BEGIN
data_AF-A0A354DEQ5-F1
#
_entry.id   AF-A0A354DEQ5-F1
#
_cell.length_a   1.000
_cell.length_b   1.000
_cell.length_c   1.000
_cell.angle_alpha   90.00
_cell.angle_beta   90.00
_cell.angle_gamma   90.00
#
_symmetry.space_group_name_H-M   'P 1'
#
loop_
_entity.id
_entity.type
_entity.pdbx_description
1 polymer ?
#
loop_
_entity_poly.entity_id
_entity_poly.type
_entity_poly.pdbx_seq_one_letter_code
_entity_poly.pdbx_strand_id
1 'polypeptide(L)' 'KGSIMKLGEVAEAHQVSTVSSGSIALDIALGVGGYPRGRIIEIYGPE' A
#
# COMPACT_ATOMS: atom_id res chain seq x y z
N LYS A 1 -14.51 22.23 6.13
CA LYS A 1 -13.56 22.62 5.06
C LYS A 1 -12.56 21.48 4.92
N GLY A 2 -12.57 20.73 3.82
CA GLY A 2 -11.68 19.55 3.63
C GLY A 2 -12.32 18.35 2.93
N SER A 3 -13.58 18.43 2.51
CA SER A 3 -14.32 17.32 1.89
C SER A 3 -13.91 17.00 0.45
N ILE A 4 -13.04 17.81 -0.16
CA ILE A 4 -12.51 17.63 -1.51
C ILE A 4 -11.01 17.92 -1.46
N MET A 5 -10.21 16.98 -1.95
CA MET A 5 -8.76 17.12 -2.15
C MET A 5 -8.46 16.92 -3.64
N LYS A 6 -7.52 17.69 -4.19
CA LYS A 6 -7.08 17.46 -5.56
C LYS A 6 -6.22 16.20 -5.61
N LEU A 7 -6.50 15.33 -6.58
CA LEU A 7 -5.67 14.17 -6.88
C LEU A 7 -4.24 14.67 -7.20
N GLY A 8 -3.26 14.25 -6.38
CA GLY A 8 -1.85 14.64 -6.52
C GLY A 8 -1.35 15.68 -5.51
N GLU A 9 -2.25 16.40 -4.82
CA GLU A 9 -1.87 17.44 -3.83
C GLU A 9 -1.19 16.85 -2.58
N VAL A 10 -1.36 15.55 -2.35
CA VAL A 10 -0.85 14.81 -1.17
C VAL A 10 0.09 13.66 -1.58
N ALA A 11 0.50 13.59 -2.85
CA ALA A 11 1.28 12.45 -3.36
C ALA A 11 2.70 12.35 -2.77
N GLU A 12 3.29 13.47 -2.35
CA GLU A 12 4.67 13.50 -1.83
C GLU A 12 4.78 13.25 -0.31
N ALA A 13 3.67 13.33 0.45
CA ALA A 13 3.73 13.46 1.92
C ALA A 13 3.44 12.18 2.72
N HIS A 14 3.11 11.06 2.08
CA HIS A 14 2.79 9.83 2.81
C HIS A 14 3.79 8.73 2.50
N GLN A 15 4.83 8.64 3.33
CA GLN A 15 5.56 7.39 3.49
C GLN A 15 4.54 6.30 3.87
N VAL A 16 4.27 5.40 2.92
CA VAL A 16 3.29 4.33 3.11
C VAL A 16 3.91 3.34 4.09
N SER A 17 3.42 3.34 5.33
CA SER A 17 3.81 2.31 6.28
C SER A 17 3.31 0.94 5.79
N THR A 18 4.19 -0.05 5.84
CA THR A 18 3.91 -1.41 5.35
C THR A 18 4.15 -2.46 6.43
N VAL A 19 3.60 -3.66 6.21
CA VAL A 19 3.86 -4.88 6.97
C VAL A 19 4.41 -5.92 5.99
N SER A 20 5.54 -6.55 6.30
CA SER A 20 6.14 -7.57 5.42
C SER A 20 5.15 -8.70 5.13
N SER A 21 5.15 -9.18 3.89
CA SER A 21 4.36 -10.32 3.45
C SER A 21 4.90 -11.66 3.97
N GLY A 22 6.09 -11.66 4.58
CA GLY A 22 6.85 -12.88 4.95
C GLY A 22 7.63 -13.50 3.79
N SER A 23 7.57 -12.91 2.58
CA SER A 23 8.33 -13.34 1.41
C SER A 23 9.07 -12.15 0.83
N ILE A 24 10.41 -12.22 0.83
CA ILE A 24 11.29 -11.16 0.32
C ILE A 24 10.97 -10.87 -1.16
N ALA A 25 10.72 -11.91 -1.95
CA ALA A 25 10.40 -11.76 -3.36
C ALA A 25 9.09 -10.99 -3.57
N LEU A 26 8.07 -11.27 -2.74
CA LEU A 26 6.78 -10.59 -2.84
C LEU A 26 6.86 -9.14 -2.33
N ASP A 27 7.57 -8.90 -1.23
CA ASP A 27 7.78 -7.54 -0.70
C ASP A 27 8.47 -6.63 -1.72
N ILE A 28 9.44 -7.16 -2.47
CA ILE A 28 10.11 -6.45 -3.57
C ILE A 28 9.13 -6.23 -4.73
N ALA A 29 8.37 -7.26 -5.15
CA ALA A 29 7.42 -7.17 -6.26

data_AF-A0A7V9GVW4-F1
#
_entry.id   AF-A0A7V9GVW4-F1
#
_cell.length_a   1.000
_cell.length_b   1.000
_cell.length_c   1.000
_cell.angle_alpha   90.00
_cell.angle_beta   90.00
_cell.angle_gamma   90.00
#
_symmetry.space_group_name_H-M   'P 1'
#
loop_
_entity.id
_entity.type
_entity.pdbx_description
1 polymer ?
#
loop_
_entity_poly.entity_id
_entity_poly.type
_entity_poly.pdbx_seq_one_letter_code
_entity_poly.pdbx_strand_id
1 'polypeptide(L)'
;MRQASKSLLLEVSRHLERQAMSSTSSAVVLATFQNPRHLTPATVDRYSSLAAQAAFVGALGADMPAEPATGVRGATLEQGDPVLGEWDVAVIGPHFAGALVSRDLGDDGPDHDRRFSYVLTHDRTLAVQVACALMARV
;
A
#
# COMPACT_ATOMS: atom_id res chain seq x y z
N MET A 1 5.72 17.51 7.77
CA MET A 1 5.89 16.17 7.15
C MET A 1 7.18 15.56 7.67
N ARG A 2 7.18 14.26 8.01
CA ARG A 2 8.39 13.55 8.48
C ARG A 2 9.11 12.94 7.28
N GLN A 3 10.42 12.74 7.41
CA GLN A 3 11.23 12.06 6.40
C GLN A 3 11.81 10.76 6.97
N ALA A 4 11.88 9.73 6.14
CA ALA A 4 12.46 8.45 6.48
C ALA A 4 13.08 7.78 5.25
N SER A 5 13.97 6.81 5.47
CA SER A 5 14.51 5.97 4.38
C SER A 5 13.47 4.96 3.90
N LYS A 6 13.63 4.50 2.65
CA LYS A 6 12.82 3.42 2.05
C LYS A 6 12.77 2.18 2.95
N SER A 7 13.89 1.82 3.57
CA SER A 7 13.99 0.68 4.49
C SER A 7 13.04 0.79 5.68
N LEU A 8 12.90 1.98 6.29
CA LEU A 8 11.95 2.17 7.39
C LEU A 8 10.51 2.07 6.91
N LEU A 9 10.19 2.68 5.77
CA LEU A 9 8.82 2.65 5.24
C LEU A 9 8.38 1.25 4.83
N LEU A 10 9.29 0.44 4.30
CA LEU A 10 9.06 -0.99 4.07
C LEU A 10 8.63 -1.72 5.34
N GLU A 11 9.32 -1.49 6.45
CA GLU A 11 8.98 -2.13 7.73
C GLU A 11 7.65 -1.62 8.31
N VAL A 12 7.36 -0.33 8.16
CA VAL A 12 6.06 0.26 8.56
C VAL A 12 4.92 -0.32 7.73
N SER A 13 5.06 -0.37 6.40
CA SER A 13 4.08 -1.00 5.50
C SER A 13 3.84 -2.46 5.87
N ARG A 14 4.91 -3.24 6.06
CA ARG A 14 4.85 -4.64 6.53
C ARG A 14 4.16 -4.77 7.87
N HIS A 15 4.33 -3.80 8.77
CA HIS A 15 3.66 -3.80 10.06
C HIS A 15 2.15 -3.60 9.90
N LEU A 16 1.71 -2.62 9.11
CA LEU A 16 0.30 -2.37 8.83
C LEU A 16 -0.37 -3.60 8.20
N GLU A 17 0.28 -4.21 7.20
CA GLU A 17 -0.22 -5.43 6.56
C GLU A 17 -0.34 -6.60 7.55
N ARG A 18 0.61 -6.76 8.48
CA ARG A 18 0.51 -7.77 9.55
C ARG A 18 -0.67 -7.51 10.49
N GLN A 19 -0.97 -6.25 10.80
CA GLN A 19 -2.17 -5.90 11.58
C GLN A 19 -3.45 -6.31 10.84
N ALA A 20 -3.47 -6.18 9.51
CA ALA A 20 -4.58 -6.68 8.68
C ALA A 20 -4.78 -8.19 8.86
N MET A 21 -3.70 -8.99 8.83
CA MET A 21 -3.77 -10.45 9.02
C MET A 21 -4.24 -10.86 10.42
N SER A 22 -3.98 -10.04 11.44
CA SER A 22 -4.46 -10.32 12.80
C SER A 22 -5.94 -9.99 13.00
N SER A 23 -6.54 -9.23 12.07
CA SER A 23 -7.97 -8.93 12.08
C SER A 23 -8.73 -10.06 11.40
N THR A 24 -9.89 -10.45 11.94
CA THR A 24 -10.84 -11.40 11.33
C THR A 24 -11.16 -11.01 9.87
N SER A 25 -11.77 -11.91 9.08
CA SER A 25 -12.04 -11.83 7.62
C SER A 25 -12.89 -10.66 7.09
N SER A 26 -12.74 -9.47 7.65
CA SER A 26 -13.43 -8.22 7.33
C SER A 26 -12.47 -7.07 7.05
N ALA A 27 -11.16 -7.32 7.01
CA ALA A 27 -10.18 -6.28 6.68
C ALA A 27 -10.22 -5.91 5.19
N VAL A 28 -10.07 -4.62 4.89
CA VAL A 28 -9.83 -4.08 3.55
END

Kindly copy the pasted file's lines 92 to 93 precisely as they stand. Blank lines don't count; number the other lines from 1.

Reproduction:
CA GLY A 22 6.85 -12.88 4.95
C GLY A 22 7.63 -13.50 3.79